Charities must face up to their cyber risk

  • Many charities are not aware of their dangerous exposure to cyber risk
  • The British Pregnancy Advice Service was fined £200,000 for failing to spot a vulnerability
  • How your insurer can provide support

The challenges of running a charity are many and varied, including the endless drive to maintain a good public profile and keep donations coming in. But, these fundamental responsibilities could be undermined in an instant by a risk that has shouldered its way onto trustees’ portfolios – cyber attack.

An example of exactly what’s now at stake came in March 2014 when The Information Commissioner’s Office (ICO) imposed a fine of £200,000 on a small charity, the British Pregnancy Advice Service (BPAS), for inadvertently exposing thousands of personal details to a hacker.

The charity had failed to realise that its website was storing the name, address, date of birth and telephone number of everyone who requested a call back for advice on pregnancy issues. Consequently, the information wasn’t secure and a hacker was able to exploit a weakness in the site’s code, steal the data and threaten to publish it.

Although this never actually happened – the data was recovered by the police following an injunction by the BPAS – the charity was thrust into the media spotlight, exposing it to public criticism and the subsequent fine was a cautionary example of exactly what’s at stake when small organisations with limited resources neglect their cyber security.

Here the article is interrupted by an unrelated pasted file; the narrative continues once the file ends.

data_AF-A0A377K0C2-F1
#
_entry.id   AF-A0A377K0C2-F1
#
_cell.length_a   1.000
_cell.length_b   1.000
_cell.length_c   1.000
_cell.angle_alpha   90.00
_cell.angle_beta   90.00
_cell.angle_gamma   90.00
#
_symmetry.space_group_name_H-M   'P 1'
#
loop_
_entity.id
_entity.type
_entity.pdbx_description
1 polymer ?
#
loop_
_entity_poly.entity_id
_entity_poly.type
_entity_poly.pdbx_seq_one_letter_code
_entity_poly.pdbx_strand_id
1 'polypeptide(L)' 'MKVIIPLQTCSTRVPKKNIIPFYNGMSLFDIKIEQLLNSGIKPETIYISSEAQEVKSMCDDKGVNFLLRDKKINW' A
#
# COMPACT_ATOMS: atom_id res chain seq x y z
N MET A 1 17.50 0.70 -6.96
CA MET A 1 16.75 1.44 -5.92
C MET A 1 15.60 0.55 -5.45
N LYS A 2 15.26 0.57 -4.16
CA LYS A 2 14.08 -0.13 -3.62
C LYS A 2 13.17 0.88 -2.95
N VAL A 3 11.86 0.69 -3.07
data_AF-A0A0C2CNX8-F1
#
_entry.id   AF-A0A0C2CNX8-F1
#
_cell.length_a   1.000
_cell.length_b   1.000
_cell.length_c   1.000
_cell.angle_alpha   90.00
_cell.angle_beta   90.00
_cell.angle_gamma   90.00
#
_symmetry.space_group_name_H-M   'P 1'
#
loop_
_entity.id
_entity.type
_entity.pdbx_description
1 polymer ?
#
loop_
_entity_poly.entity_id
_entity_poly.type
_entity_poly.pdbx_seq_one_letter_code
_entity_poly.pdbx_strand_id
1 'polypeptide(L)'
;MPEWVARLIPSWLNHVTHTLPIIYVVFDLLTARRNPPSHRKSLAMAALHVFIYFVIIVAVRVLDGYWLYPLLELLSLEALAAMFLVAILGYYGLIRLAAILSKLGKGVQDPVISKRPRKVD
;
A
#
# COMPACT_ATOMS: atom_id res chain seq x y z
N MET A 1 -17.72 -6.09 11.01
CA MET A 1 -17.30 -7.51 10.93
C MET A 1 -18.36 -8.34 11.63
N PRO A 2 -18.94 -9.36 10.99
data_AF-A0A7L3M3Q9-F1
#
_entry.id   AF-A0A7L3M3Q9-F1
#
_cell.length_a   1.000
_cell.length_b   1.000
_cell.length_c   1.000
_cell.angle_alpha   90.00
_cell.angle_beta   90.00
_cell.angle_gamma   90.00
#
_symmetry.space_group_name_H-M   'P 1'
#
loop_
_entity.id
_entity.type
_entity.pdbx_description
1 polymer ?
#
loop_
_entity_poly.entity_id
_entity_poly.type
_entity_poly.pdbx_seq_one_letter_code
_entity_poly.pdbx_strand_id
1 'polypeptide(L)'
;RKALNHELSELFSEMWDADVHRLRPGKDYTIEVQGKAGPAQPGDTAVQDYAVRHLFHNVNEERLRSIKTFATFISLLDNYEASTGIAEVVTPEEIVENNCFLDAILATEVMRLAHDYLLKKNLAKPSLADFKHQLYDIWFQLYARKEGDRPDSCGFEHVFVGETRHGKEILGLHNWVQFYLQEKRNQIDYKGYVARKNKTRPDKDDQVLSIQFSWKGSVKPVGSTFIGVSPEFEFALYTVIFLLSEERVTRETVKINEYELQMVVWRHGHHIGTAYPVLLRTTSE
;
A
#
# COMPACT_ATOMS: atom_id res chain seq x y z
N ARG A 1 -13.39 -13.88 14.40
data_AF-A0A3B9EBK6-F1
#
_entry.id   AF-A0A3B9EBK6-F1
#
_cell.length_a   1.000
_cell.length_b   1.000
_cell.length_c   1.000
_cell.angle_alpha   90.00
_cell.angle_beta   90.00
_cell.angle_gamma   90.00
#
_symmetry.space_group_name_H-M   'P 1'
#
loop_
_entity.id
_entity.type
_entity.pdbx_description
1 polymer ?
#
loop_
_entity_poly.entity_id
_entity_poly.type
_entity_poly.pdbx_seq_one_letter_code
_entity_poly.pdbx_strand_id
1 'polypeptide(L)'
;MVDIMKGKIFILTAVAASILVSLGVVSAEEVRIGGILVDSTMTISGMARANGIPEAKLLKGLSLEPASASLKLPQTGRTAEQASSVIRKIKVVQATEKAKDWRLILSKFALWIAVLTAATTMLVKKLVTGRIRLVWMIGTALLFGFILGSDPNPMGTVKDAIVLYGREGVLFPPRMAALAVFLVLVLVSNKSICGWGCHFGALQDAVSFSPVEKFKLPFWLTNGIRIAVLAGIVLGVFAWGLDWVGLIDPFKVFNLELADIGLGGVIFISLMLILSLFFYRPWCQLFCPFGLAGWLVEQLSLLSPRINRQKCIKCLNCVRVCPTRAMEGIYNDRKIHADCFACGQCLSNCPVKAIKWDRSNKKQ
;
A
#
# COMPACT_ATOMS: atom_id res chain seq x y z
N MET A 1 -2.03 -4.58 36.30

Liability risk

There is no doubt that the modern world demands a more digital operation and charities need to be online. But as they take more donations online and collect financial data in the process, or maintain databases of supporter’s personal details online, they need to appreciate that the risk of developing a liability if they suffer a breach is also increasing.

In addition, EU rules require organisations to demonstrate what security measures they have in place.

Zurich advises all charities, whatever their size, to talk to their insurer and take risk management advice to assess their vulnerabilities and ensure that the personal data they are responsible for is kept under strictly secure conditions.

While good cyber security is absolutely essential to do this correctly, this is not just an issue to be delegated to the IT department. Effective staff training must not be neglected. Take an all-enterprise approach to ensuring everyone knows what is expected of them when handling data, with regular refresher courses.

Too many security breaches stem from simple errors, such as sensitive emails mistakenly addressed to the wrong person or staff mislaying data on mobile drives, and these vulnerabilities are particularly evident in organisations that make use of extensive numbers of volunteers. Zurich can advise on how to do all you can to minimise this risk.

The fundamental lesson to take from the BPAS case is that ignorance is no excuse. Addressing the cyber threat on a limited budget while facing pressure to keep administrative costs low and operational spending to a maximum is tough. But it has to be done, and the right advice can make all the difference.